I got my medal for the 10k and stuck around to watch the first half-marathon finisher come through and then made my way to the Runner's Village for some oysters, bagels, bananas, and tomato soup - a post-run feast!


I was pretty disappointed with this course overall - water stations with minimal volunteers and no water? It was a cold day out but that wasn't ok in my book! The finish line festival made up for it but I'm not sure if I would return to this course - especially after what happened with my knee.

It took about four days for my knee to start to feel better and I went and got a massage this weekend to work things out and that wasn't pleasant. I'm not really sure whether I'm going to do much about this though - I think I'll just work on building glute strength, which I know is the source of all of my IT band issues and hope it works itself out. I already mentioned that I won't be training for any long distances next year so I'm hoping the added yoga and strength I build from that will solve this problem once and for all!

Have you ever dropped distances in a race?

November 15, 2017

Annapolis Half-Marathon Training: Race Week

Good Morning! 

It's Race Week! 


This Saturday, I'll be toeing the line of the Annapolis Half-Marathon. I'm pretty excited! It's been a while since I've raced and I really miss it.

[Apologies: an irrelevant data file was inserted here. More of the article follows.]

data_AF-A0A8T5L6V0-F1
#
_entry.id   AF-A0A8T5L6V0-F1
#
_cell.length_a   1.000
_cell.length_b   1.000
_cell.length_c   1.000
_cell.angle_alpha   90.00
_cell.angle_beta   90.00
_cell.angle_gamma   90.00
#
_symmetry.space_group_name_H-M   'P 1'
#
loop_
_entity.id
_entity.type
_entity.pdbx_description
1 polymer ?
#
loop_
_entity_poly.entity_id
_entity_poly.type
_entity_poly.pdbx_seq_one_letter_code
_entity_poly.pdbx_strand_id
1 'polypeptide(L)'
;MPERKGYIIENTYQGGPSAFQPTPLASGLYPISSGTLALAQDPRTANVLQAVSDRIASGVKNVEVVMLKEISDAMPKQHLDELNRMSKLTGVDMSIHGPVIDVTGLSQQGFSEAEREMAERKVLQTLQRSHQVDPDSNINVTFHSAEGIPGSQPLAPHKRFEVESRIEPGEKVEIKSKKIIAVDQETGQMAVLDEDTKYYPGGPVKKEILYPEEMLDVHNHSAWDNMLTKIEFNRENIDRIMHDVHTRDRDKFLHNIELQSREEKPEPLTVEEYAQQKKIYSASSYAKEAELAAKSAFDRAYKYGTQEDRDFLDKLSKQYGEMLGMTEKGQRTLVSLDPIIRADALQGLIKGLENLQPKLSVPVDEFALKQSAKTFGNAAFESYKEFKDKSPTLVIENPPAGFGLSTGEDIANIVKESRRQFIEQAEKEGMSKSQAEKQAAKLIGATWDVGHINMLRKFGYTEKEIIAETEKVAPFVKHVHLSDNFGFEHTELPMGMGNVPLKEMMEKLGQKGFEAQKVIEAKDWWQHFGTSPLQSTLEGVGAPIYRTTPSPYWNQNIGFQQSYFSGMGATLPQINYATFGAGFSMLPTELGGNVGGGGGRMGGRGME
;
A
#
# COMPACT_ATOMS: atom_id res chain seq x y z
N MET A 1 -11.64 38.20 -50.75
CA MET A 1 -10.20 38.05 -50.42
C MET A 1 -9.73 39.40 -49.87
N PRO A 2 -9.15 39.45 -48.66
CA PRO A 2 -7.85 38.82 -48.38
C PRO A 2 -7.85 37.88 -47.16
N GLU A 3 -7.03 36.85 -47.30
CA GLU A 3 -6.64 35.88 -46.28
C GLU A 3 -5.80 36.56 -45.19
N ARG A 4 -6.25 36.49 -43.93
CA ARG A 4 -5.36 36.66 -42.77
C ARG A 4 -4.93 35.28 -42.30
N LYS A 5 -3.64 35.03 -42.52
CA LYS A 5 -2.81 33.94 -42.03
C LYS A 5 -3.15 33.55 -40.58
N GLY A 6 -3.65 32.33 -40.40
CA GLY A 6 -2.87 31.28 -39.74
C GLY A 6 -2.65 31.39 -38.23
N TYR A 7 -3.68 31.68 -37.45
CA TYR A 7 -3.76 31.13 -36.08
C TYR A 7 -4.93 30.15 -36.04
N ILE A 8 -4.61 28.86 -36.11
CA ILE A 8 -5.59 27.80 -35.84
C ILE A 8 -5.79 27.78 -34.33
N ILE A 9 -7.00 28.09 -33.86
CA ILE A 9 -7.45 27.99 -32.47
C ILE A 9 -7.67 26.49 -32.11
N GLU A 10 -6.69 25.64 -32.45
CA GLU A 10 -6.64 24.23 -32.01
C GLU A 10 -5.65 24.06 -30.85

I'm not going into this race as well trained as I would have liked. When I signed up, I knew that I had three straight weeks of travel toward the end of training but I backed up my training schedule enough to be able to get all of my training runs in with the idea of having a long taper.

And then I got the flu, which derailed everything.

I did manage to get in an 8-mile long run while I was in Seattle but aside from a couple of 3-mile runs in London and since I've been home, that's the only running I've done in the last two weeks.

At least I'm well rested?

I never had goals for this race. In fact, I needed this race more for the training aspect of it than the finish line. But I'm now realizing that I wish I had been able to train for a PR, or at least a strong finish because I think it will be my last long distance race for a while. I've been thinking a lot about running lately and my goals for next year and I think I want to scale back the long distance running and focus on strength, flexibility, and speed. I've never been a flexible person but lately, it's starting to alarm me just how much flexibility I've lost.

For now, though, I'm just going to toe the line, put one foot in front of the other, try not to be too cold, and have fun out there! There will be oysters at the finish line, so that's a pretty good motivation right there!

Do you have a fall race coming up?